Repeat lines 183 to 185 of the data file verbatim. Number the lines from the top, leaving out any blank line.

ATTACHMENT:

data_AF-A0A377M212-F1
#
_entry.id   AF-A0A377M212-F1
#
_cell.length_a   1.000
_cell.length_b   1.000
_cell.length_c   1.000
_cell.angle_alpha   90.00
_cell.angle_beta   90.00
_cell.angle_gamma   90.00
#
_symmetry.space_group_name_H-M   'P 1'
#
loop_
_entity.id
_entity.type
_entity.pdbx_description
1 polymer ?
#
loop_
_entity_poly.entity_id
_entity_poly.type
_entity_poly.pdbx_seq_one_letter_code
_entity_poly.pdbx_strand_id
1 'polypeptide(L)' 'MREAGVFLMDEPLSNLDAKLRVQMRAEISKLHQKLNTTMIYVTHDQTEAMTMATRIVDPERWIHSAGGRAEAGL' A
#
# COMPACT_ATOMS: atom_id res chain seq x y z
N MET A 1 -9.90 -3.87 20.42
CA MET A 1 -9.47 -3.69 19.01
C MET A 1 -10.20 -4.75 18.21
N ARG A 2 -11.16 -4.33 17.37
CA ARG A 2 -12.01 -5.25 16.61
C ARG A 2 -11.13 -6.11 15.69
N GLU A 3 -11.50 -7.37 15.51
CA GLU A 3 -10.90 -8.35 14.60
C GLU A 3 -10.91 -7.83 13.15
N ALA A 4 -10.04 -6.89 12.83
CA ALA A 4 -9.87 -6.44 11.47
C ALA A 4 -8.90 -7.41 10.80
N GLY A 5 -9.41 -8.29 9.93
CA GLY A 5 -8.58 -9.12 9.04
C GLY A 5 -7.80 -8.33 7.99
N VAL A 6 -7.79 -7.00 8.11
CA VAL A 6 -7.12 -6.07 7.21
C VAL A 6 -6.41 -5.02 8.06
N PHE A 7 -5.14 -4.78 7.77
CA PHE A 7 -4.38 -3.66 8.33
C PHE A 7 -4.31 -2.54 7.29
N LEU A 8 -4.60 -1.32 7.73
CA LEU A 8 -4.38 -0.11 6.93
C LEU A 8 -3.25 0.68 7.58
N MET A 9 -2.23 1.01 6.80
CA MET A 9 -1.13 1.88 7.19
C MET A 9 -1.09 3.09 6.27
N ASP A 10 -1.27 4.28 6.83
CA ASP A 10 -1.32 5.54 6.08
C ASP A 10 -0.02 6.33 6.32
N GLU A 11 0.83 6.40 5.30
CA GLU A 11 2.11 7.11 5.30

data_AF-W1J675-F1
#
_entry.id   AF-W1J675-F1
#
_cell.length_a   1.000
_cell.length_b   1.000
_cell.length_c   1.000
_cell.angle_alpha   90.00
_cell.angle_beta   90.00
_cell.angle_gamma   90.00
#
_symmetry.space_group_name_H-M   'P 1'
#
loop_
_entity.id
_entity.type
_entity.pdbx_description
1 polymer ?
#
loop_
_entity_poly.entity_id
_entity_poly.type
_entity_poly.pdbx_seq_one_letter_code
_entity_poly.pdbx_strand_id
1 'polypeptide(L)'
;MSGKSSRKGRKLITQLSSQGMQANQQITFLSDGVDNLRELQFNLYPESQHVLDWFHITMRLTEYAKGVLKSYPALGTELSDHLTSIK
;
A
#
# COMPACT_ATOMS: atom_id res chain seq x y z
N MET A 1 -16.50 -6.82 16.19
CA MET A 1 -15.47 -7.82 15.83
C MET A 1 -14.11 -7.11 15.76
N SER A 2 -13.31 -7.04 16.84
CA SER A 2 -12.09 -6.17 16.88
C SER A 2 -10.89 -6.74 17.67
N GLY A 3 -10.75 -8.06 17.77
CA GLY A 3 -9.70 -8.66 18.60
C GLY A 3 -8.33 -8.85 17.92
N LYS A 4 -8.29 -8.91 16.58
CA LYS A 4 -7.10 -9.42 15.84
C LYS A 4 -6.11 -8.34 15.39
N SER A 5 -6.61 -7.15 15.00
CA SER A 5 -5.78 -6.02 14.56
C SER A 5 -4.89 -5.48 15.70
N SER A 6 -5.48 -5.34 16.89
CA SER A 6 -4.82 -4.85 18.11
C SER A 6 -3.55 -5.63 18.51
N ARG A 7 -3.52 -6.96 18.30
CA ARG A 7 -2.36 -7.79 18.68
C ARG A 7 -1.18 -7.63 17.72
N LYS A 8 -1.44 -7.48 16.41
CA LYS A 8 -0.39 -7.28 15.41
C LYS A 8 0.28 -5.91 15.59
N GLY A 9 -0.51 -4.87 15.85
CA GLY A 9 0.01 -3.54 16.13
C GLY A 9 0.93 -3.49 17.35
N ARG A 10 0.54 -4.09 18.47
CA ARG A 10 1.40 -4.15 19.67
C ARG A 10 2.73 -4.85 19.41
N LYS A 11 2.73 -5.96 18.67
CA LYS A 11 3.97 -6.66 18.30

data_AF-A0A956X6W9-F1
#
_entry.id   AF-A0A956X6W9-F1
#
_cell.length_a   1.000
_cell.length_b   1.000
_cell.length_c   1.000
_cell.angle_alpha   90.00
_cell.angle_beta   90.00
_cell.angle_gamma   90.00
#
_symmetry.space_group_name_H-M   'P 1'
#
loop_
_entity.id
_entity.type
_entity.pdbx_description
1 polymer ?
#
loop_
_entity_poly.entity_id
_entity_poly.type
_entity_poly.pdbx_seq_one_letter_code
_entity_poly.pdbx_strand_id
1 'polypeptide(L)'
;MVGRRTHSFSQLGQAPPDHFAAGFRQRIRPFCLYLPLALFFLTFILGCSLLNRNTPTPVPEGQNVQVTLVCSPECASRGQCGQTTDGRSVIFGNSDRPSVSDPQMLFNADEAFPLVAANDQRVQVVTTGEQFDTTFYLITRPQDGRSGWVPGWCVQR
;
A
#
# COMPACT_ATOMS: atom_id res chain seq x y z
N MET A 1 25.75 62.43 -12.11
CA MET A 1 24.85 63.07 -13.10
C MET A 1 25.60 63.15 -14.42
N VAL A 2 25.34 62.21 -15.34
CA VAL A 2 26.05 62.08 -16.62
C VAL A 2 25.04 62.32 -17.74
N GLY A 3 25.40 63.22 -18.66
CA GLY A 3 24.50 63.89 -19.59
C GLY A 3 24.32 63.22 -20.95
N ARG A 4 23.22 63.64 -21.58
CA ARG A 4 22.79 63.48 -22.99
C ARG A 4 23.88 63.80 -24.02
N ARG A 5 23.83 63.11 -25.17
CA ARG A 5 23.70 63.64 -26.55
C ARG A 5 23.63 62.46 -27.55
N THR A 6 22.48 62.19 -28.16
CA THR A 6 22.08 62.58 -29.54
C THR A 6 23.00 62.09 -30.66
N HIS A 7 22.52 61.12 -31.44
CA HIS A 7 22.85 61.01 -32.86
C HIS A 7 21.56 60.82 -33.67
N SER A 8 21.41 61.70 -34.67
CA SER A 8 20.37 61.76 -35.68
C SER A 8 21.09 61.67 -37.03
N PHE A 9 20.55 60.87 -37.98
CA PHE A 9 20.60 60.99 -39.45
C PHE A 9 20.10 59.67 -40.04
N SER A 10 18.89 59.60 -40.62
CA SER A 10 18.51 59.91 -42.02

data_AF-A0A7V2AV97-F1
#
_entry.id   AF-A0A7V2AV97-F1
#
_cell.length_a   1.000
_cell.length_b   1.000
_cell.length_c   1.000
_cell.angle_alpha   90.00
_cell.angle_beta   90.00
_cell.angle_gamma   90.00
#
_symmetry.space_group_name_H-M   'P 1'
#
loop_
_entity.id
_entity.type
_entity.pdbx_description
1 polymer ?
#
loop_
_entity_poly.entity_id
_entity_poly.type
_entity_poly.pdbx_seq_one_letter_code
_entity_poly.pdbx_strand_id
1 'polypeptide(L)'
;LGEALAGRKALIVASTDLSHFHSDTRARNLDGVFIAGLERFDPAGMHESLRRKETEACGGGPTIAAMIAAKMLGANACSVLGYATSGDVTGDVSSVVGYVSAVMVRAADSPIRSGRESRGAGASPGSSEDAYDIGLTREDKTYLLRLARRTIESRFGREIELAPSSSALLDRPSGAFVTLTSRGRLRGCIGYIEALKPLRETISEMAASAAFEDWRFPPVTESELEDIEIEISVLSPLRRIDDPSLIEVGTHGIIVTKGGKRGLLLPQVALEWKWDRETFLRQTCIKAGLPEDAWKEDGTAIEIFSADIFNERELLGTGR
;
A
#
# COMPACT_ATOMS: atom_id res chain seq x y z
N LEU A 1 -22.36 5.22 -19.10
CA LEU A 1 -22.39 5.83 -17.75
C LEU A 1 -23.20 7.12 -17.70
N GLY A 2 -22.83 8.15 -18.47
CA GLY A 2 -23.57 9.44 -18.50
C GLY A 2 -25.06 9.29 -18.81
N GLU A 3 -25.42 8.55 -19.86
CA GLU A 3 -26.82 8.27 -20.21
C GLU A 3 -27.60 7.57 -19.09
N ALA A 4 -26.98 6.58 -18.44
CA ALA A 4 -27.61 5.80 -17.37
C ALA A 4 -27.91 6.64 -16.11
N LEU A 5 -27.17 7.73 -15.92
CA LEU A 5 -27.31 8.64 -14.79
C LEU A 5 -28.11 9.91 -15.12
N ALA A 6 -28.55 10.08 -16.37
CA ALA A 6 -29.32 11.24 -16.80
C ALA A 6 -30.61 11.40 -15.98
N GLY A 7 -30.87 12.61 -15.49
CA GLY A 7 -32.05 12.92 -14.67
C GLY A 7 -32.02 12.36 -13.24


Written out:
_entry.id   AF-A0A7V2AV97-F1
#
_cell.length_a   1.000